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Deciphering the CISO Accountability Landscape: A Comparative Analysis with the AML Officer's Evolution

Dan Wachtler, CEO, DarkLight

Nov 2, 2023

Today's CISOs play an increasingly critical role in maximizing the potential of an organization. The more boards and executive leadership understand that fact the better.

Chief Information Security Officers (CISOs) are increasingly finding themselves under the legal microscope, as evident in recent cases involving SolarWinds and Uber, brought forth by the SEC and FTC, respectively. This article illuminates the changing landscape, drawing comparisons and distinctions between it and the journey of Anti-Money Laundering (AML)/Bank Secrecy Act (BSA) officers over the past 20 years. It aims to offer a nuanced commentary on the increased accountability of CISOs.


In an era where cybersecurity transcends IT departments and has become a board-level priority, CISOs are indispensable in protecting organizational assets from digital threats. Their actions are under constant review, and their impact on the organization is more significant than ever.


Nearly two decades ago, AML officers found themselves in a parallel situation. Post 9-11, their roles became more scrutinized and developed an increased level of personal accountability. The prominence of AML functions at board-level discussions surged, as the risks associated were not just financial but also existential, particularly concerning financial institution licensing. Over time, AML officers have faced personal accountability from regulators and enforcement agencies, a trend now emerging for CISOs.


Today's CISOs operate in an environment where standards and best practices like NIST and ISO exist. Nevertheless, many of their expectations are not as well-defined and established as the guidelines provided for AML officers. In addition, living by some of these standards requires a level of interpretation, let alone execution, that can vary significantly across organizations.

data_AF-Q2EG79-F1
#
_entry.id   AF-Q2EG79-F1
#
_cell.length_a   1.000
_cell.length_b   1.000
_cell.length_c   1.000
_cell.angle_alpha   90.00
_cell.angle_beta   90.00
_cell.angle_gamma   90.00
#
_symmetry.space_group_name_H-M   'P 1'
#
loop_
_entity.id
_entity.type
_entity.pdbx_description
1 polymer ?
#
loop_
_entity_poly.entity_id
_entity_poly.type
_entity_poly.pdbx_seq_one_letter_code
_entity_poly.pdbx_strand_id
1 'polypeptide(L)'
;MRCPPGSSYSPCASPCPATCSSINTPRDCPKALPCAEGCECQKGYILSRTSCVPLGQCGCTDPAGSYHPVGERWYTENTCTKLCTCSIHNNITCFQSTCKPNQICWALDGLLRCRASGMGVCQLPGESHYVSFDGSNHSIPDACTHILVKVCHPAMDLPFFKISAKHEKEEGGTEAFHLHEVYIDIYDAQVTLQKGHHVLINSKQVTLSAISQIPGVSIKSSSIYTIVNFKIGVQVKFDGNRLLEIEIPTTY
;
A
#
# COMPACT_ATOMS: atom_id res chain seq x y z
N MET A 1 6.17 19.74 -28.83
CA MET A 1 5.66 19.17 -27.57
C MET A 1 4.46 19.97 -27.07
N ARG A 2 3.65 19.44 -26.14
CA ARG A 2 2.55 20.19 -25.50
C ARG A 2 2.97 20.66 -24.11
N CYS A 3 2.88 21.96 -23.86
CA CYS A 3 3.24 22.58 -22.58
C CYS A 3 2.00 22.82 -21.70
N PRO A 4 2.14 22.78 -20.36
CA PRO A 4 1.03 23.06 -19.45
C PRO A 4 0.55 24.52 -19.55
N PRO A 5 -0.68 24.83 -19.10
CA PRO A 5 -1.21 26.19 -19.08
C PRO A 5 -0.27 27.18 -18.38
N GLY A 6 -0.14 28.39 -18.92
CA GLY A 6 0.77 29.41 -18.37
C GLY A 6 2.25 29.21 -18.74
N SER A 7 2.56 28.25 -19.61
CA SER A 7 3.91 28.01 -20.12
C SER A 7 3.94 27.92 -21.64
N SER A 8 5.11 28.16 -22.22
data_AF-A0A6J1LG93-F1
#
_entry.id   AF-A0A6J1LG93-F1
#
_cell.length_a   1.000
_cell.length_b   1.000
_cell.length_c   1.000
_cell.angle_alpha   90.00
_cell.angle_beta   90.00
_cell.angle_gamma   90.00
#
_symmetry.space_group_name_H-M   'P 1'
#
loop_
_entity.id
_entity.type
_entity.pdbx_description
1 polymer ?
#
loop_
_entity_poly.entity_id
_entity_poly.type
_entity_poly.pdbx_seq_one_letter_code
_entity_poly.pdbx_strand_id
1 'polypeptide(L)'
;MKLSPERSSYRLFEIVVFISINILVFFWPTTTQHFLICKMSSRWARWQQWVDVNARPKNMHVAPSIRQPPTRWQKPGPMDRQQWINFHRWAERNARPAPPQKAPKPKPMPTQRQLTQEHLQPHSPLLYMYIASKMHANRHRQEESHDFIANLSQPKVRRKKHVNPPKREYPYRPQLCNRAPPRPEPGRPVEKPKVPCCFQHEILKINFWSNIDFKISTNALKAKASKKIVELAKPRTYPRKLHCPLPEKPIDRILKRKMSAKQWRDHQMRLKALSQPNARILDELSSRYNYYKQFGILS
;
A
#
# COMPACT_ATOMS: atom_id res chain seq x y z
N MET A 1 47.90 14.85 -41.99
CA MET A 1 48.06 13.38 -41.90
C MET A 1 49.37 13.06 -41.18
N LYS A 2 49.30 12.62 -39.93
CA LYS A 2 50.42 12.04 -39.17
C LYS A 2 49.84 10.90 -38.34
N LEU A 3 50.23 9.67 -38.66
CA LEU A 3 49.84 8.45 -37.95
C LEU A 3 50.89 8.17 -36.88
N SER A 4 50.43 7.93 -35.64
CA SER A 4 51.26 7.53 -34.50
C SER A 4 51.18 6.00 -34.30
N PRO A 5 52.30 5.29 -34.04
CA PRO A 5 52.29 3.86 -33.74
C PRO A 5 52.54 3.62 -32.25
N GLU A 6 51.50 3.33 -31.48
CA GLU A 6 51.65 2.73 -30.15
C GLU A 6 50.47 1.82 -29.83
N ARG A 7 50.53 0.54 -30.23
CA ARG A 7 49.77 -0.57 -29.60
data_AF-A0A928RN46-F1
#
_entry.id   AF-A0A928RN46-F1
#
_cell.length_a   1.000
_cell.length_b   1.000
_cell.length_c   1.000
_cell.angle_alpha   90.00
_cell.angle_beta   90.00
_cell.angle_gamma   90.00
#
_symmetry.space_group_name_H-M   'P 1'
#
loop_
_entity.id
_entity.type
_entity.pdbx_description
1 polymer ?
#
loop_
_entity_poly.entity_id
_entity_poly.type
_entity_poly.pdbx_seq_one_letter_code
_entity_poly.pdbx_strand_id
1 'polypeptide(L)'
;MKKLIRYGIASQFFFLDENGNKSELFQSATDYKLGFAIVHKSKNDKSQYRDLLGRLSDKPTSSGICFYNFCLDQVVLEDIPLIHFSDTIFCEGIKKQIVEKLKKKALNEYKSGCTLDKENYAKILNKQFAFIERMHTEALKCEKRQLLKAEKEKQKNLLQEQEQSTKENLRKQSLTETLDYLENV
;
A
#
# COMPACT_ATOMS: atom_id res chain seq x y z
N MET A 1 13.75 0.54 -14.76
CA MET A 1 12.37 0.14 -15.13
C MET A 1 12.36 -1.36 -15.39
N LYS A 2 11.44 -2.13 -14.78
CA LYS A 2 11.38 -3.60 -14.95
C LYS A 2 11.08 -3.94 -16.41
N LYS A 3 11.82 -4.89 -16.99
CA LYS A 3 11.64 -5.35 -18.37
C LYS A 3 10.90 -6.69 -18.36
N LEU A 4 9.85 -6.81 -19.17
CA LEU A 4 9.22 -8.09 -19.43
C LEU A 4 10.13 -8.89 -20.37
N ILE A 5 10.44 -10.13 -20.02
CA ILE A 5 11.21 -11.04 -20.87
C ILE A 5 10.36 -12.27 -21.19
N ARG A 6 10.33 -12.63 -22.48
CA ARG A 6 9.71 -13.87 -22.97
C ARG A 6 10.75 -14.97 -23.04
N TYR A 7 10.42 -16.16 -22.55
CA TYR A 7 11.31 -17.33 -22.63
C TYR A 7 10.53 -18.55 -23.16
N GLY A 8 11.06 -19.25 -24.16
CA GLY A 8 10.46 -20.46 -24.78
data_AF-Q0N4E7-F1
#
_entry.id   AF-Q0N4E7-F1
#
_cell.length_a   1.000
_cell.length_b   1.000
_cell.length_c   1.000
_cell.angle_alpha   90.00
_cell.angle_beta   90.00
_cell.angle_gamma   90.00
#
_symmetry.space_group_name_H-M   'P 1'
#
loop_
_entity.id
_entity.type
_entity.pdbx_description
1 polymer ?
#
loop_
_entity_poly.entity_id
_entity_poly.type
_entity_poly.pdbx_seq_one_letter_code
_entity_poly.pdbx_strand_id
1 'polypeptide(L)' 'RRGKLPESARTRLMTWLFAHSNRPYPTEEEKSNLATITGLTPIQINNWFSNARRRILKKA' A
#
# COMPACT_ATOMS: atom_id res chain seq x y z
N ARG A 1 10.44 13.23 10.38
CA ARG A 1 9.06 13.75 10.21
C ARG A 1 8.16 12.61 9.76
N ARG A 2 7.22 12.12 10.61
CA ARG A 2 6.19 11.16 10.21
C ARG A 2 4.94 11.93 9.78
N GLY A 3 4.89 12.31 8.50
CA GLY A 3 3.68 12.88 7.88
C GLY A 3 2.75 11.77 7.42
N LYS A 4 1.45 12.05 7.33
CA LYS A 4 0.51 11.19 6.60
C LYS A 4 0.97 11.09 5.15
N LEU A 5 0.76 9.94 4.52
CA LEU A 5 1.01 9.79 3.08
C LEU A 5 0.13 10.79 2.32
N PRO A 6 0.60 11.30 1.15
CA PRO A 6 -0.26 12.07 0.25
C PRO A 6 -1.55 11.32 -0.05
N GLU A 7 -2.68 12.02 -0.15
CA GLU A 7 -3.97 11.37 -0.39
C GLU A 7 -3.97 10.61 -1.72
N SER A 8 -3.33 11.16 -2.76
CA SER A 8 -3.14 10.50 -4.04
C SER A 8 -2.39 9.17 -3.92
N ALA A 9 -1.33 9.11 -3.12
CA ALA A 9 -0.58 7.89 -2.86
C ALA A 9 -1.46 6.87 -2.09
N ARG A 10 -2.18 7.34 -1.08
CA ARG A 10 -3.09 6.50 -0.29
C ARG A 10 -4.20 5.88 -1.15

The legal challenges faced by the CISOs of SolarWinds and Uber have raised numerous concerns within the cybersecurity community, with many voicing that CISOs are being unfairly targeted. I don't share that opinion. To be sure, the responsibility of CISOs is a central topic of corporate governance conversations, and these court cases are crucial, not just for the legal precedents they might set but for the broader message they convey about the expectations imposed on CISOs.  As noted, AML officers had the advantage of operating under well-defined regulations, with established best practices and clear expectations from regulators. Because of this, they faced personal liability when their programs were found to be lacking.


For AML officers, the focus was on their programs' effectiveness and ability to thwart money laundering activities. While personal liability was linked to the efficacy of their efforts, it was rare for AML officers to face charges if they made good-faith efforts, even in problematic situations. Legal liability usually occurred in conjunction with allegations of willful misconduct, fraud, or obstruction – similar to the troubles faced by the CISOs of SolarWinds and Uber.